But even if I wasn’t conscious of the loss at the time, I still felt it. During those years, what I most remember about Christmas was the eagerness to see my family again. I wanted to re-connect with my brothers and sisters and Mom and Dad. And I wasn’t alone in feeling the emptiness of that absence. In the weeks leading up to Christmas Mom became a clearing house for travel information, as all of us kids were constantly calling her for the latest updates: who was going to make it home and how long would they be there? Did John get the days off work? Had Rachel bought plane tickets yet? Was Mark getting a full two weeks?
Then, when at last the office Christmas parties were finally over, the travelling commenced. If you plotted all the individual journeys on a map, you’d see eight red lines, each originating from different starting-points sprinkled all across the country, all converging via plane, train and automobile on one little dot on the map: a forgotten little spot deep in the heart of the snowy Midwest, a spot that held no significance whatsoever to the great wide world, but which meant everything in the world to the people gathering there in a small, happy home. One-by-one the arrivals trickled in over several days until at last everyone was together again. And then—let the fun begin! Days we’d go ice-skating, out to lunch, or hack around on our musical instruments playing songs together. We also spent a lot of time laying on couches in front of a roaring fire, wrapped in all those quilts Mom had made over the years, snacking and snoozing and reading. Sometimes if you walked in it would make you chuckle. You’d see five or six people all together in one room, sprawled out on furniture, only their feet and heads showing from under the mounds of blankets, and everyone silently reading their own book. It was during these years that we developed the “Most Boring Book Contest.” Whenever the spirit moved someone, they would call out: “Most Boring Book Contest!” and then each of us in turn would read the very next line of our book out loud. As a group we’d discuss the relative merits of each literary offering and award one person’s tome the uninviting title of “The Most Boring Book.” Mostly it was just funny to hear the lines from such wildly different books juxtaposed with one another. Snippets of Louis Lamoure westerns take on a whole new flavor when interwoven with Maeve Binchy romances and Tolkien hobbit tales. Jokes would fly as the contestants argued for the non-boringness of their own beloved book and cast aspersions on the selections of their rivals. When the designation of “Most Boring Book” was finally bestowed by general acclamation, the banter subsided back into a contented silence broken only by the soft sounds of turning pages and a crackling fire.
But the absolute highlight of Christmas in those years was the nights. We’d stay up all night talking. It was no wonder we spent so much of our days laying on couches, because we gabbed through the wee small hours every night, night after night. After dinner everyone gathered in the family room for games, usually Trivia Pursuit or one of its many offshoots. Questions and answers—or more often questions and guesses—would be interspersed with discussion, and gradually discussion would digress more and more until eventually the trivia cards were forgotten and we were just talking.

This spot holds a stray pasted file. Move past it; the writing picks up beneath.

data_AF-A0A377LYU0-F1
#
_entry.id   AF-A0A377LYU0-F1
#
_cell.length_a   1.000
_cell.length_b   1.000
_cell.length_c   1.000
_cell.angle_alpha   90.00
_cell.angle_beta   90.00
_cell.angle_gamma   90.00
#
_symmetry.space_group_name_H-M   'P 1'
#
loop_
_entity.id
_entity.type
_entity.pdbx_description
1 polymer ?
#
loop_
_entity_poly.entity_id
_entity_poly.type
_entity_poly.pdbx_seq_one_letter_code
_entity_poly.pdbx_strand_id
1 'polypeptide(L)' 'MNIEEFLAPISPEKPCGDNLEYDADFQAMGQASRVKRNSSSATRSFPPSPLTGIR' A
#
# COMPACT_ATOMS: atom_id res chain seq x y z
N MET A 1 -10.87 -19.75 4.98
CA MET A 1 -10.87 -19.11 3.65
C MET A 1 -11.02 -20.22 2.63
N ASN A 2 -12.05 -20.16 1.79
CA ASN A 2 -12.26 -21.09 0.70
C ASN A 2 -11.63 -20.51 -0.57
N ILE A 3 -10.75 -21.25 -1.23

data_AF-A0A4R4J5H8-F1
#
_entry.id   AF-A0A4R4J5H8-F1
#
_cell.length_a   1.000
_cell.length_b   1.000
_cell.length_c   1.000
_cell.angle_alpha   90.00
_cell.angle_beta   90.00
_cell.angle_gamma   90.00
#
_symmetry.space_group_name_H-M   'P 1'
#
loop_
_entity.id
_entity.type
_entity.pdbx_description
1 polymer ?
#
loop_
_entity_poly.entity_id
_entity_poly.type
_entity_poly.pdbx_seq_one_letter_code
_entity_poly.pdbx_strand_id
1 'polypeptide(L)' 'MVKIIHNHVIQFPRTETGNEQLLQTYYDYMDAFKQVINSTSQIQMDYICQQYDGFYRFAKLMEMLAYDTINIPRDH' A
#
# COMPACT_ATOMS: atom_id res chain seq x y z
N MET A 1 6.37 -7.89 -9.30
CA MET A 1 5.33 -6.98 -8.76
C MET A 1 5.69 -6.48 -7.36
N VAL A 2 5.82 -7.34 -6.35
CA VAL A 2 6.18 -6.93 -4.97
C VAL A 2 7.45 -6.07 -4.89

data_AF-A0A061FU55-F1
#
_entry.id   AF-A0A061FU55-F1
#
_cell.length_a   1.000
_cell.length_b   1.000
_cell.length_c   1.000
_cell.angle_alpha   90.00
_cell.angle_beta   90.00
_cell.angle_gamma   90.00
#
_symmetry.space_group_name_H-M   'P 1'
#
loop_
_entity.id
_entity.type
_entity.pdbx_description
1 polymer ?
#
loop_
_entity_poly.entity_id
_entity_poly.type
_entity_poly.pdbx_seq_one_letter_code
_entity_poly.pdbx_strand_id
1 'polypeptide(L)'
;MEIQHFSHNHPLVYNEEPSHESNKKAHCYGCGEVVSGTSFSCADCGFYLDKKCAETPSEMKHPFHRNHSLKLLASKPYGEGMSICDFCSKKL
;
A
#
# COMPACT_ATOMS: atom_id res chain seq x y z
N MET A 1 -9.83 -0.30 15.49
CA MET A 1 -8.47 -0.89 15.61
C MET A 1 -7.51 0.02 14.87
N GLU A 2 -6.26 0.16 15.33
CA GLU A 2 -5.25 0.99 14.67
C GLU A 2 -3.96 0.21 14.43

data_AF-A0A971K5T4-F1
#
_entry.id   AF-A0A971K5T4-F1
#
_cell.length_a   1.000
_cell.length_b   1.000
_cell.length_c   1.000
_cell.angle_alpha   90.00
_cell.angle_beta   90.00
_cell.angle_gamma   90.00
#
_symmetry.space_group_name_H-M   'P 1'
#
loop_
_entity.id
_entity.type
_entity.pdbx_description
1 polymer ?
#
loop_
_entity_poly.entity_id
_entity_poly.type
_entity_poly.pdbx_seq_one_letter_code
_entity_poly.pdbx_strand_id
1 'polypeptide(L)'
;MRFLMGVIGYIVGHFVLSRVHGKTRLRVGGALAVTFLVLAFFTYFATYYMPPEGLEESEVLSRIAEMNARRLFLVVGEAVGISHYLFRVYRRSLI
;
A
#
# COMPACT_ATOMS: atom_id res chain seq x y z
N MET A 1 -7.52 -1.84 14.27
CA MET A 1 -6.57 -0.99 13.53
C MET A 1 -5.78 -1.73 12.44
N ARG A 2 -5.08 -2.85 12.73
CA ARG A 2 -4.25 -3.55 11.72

Those were good times. We were all just starting out in life, launching for the first time, whether it was beginning college or our first job, and everything was new and fresh. We were all adventuring into uncharted territory, and we shared with each other our experiences and impressions of the big wide world out there.
It’s funny how things change.
Now all of us kids are married, and most of us have kids of our own. We still stay up all night, but now it’s to tend fussy babies. The last time I was home for Christmas, I met one of my brothers at my parents’ kitchen sink at 2 a.m. as we were both making bottles. When we had finished and were tiptoeing back upstairs on Mom and Dad’s creaky, old, wood staircase with the nectar of somnolence in our hands (that’s “formula” for you laymen), we met one of our sisters walking her daughter in the hallway. Under those circumstances, conversations tend to be short and hushed—as in monosyllabic and whispered.
It somehow seems appropriate, though, to have Christmas filled with caring for babies. After all, the arrival of a baby is what it’s all about—“the reason for the season,” as they say—and babies can show us much about Christmas. Like reminding us of possibilities. Holding a little baby in your arms, you can’t help but wonder: who will this little person be? What will they do? Where will they go? What will they make of their life? The possibilities for that baby’s life are real and palpable before your eyes as you cradle them in your arms. And then, you realize, it’s not just this little baby: our life too has possibilities. There is still an open question as to what we will do, what we will make of our life, what we will be. No matter where we are in life’s journey when the realization strikes, it remains true. The final destination is still open and up to our choosing. It may take a little more courage, a little more truth, more faith, hope, and love than we’ve put into living so far, but despite the difficulties, we know the possibility is there for us. Christmas is about those possibilities. God hasn’t given up on us. God sees possibilities in us we can’t even imagine for ourselves. That’s why He came. “For God so loved the world that he gave His only Son, so that everyone who believes in Him might not perish but might have eternal life.” Jn 3, 16. “For God did not send His Son into the world to condemn the world, but that the world might be saved through Him.” Jn 3, 17. And so He came, as a little baby—a new life come into the world—that we might have life also, “and have it more abundantly.” Jn 10, 10. Christmas is about, at least in part, remembering that life and the possibilities it opens for us. Christmas calls us to a metamorphosis that can still be ours. Christmas celebrates a miracle, a miracle of new life.
Copyright 2014 Jake Frost